Lexington Mayoral Forum Focuses On Land Use, Seniors, And Agriculture

Oct 3, 2018

The mayoral forum Tuesday night at the Central Library Theater. Lexington Candidates Linda Gorton and Ronnie Bastin responded to citizen questions offered by WKYT News Anchor Bill Bryant
Credit Stu Johnson

Lexington’s two mayoral candidates fielded a number of questions Tuesday night on land use issues.  That included the 250 acres of land near interstate 75 as part of the city-UK land-street swap plan. 

Linda Gorton, who served 16 years on the urban county council, suggested surveying the community at large as well as interests like Commerce Lexington, UK, and small businesses. “Get input from everyone who understands business and see what they believe the needs are going to be in the next 20-30 years,” said Gorton

Former Lexington Police Chief Ronnie Bastin says government officials need to be selective, seeking good high paying jobs, but no smoke stacks, quote, “ruining the rural landscape.” “I think we’re going to be in a good position, but we’ve got a lot of work to do to attract the right companies,” noted Bastin.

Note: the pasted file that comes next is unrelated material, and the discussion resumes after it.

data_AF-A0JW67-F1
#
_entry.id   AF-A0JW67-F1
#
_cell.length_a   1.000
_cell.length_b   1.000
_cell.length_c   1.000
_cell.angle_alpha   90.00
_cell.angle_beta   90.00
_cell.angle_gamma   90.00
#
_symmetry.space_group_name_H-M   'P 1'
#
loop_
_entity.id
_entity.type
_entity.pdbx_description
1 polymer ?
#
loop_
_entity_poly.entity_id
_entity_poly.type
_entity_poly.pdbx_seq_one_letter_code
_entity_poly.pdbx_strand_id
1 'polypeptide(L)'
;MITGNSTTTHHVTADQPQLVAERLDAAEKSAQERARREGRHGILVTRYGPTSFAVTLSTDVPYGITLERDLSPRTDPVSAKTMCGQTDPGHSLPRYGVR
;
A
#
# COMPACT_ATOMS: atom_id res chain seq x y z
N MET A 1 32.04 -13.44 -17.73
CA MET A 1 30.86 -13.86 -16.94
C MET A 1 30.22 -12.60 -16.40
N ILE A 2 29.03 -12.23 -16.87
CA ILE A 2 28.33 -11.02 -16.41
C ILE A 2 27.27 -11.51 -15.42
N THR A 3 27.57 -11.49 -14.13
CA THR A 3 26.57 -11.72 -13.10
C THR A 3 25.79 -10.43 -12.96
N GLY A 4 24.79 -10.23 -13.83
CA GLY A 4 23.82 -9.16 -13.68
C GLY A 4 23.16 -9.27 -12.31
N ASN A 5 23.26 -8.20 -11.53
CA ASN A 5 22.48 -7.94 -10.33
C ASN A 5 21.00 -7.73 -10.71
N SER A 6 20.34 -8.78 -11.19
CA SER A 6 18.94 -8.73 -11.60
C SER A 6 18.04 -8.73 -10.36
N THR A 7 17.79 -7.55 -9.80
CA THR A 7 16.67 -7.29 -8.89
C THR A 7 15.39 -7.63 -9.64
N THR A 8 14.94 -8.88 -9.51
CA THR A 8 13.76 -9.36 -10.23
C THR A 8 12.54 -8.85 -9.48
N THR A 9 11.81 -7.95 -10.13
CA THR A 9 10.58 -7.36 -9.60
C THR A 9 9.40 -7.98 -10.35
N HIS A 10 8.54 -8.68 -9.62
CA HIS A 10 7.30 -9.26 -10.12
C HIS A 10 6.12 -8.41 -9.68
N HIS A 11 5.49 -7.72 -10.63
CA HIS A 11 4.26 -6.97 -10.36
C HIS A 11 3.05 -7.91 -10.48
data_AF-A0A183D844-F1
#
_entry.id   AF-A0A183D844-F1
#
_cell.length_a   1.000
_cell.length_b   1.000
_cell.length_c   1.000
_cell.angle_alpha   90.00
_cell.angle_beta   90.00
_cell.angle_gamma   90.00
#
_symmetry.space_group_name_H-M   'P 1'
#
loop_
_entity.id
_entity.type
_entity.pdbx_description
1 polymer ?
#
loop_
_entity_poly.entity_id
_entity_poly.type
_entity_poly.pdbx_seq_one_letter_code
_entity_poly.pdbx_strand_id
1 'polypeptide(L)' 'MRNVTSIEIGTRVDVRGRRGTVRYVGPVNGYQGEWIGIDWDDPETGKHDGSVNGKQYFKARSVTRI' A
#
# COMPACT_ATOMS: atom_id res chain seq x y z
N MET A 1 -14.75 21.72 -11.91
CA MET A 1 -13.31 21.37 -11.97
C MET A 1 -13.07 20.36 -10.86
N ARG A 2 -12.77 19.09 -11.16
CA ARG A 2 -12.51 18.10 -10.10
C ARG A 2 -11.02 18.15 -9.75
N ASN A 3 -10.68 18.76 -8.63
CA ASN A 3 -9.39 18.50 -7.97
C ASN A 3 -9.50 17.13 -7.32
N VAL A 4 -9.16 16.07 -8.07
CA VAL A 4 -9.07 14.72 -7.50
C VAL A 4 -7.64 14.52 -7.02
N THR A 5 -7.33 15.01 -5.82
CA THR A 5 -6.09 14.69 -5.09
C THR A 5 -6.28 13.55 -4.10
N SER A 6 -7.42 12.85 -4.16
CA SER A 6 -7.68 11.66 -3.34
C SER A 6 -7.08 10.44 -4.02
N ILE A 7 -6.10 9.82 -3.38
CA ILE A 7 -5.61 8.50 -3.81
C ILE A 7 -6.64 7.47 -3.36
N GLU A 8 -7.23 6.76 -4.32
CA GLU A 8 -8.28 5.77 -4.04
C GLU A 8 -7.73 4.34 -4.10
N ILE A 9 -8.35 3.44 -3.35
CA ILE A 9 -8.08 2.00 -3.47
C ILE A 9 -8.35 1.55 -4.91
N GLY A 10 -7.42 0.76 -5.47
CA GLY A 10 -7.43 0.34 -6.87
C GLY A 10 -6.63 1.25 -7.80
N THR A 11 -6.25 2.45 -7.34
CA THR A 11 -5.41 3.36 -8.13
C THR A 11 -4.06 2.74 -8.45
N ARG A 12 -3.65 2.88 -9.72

Bastin says the basic foundations include community safety, workforce development, and embracing diversity.  Gorton believes a strategic plan is needed for the 50 acre parcel that is available now.

Gorton believes Lexington could be a hub for future high tech agriculture activities steeped in computerization. 

On issues related to retirees, Gorton says new employment opportunities rank high.  “Some seniors want to retire from the career they had, but they want kind of a part time smaller job to keep some interests going,” said Gorton.

While the horse industry is deeply ingrained in the bluegrass, Bastin contends mayors and mayoral candidates haven’t looked for ways to help ag industries thrive. “When there is something at the state level, legislatively that might help their industry to thrive, we don’t need to take a second seat and stay at home over here.  We need to go to Frankfort and make sure we stand up for those industries,” contended Bastin.

Both Gorton and Bastin are steadfast in their positions to maintain the current urban service boundary, as a way of protecting the rural areas of Fayette County.